You show up for an audition with sides memorized, prepared, and perfected -- then the casting director hands you page after page of a whole new scene. Maybe you were expecting some time to get ready before your audition, but the producers expect you to take the script unseen and start reading with no direct knowledge of the ending, relying strictly on instinct. In Back Stage's Spotlight on Cold Reading Technique, we explore the art of the cold read.
The Heat Is On
Ashley Avis got the sides for a feature film two days before her audition. She memorized the six or seven pages, only to be told when she arrived that she'd received the wrong sides. More commonly, casting directors for on-camera work sometimes ask actors to read a different scene instead of, or in addition to, the one they prepared, usually without benefit of having read the entire script. So actors can find themselves facing what cold reading guru Margie Haber calls the "frozen" reading. Back Stage gives you some ways to deal.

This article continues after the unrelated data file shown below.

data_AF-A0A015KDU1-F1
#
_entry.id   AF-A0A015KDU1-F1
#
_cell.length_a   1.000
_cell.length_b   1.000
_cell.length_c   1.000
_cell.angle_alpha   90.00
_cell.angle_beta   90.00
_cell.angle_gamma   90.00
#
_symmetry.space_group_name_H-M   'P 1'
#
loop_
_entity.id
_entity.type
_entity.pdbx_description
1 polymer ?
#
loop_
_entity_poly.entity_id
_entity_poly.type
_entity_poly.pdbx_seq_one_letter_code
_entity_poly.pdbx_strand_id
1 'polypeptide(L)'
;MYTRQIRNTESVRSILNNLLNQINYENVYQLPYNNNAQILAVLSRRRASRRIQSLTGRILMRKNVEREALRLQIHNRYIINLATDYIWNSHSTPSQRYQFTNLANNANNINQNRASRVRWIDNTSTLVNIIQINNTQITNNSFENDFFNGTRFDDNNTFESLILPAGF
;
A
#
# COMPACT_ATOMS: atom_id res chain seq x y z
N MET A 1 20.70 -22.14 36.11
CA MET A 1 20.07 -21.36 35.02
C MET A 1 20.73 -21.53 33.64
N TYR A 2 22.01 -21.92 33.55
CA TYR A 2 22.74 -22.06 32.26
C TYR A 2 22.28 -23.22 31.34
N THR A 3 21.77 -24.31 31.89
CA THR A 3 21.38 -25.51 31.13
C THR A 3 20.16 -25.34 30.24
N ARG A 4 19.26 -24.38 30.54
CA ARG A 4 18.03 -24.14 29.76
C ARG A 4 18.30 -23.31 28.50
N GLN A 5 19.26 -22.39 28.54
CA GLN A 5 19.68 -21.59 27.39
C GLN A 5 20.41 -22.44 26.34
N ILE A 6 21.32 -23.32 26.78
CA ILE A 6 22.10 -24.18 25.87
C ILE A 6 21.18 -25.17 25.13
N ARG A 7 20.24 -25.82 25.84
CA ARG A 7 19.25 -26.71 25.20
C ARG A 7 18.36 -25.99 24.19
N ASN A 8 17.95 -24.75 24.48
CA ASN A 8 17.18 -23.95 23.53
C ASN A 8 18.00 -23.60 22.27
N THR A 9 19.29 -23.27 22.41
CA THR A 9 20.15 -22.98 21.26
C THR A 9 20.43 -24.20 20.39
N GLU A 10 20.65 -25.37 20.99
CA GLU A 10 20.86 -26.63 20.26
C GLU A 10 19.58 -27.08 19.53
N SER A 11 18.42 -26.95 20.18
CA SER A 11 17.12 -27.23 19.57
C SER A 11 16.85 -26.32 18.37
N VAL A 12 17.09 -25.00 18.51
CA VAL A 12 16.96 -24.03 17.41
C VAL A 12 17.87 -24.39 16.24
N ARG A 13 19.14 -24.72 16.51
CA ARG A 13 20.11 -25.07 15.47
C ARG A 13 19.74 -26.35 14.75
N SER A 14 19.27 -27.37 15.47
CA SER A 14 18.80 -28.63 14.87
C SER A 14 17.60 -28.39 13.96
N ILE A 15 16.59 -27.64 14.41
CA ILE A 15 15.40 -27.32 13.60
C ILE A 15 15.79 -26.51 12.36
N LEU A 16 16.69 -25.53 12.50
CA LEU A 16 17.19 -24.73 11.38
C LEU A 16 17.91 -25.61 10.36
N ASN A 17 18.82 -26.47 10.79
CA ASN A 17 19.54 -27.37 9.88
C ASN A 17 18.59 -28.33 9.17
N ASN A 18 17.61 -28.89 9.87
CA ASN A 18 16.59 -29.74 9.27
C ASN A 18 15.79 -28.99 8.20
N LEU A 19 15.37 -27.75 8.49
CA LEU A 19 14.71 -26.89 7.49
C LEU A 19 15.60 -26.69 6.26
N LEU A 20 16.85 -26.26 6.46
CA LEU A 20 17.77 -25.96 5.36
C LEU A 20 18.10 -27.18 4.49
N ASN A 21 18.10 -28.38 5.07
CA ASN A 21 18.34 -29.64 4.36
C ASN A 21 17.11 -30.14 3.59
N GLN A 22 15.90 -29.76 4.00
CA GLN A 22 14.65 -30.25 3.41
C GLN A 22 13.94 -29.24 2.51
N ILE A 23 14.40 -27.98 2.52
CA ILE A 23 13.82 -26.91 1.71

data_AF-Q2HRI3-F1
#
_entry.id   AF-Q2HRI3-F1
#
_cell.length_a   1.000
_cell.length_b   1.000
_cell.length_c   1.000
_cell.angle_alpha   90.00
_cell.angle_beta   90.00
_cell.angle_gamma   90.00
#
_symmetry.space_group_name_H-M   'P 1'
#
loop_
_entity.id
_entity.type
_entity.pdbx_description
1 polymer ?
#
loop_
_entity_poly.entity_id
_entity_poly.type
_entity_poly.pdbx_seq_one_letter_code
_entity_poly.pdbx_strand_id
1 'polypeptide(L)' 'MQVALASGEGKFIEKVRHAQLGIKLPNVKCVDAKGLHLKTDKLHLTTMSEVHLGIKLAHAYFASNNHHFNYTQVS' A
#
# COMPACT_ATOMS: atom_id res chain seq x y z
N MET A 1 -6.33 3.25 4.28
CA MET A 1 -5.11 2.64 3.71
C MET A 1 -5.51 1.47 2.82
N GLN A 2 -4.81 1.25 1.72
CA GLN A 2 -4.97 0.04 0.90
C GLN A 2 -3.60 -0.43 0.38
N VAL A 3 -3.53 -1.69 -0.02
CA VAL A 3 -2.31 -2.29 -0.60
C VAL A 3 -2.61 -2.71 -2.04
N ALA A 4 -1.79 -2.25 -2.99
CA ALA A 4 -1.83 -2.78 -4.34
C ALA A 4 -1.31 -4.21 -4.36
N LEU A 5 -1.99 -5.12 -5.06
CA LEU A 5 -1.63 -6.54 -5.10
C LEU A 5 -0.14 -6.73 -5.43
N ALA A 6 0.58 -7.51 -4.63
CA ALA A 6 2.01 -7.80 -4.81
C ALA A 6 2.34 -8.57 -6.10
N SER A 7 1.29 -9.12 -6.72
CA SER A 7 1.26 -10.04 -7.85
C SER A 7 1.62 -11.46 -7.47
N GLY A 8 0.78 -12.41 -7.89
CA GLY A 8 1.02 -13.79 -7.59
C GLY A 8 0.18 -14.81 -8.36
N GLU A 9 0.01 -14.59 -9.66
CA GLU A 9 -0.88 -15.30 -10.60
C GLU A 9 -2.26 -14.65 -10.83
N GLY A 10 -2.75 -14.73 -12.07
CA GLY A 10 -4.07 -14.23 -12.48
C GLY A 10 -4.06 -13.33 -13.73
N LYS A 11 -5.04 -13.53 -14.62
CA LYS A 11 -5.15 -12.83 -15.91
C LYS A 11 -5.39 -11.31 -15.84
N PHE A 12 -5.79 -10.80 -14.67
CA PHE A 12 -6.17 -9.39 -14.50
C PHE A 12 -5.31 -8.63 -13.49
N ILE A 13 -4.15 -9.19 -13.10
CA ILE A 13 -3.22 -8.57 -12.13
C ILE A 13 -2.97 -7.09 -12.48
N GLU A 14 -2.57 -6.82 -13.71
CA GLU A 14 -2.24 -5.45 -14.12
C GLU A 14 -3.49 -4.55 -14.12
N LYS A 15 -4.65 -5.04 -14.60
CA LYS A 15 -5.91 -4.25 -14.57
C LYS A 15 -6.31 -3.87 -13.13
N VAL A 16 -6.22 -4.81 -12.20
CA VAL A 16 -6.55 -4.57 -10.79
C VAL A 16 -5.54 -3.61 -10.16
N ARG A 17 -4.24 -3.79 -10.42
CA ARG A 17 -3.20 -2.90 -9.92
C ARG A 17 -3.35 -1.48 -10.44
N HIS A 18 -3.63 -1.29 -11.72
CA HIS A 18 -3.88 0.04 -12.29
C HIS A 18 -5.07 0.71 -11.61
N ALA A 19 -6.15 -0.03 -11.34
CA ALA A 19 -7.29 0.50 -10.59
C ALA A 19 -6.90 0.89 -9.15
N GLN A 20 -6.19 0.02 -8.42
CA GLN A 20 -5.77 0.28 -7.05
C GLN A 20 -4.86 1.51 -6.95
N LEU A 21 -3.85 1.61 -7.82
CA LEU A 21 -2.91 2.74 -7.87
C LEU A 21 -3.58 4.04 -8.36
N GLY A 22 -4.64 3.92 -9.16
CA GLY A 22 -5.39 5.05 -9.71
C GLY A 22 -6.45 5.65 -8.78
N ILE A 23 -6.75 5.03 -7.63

The Warm Truth About Cold Readings
Cold reading can be either harrowing or exciting. Typically, the text is made available to actors anywhere from mere minutes to days before the audition. So what can be gained from reading aloud from a script you've never seen before? Back Stage has some tips for you to hone your cold reading skills.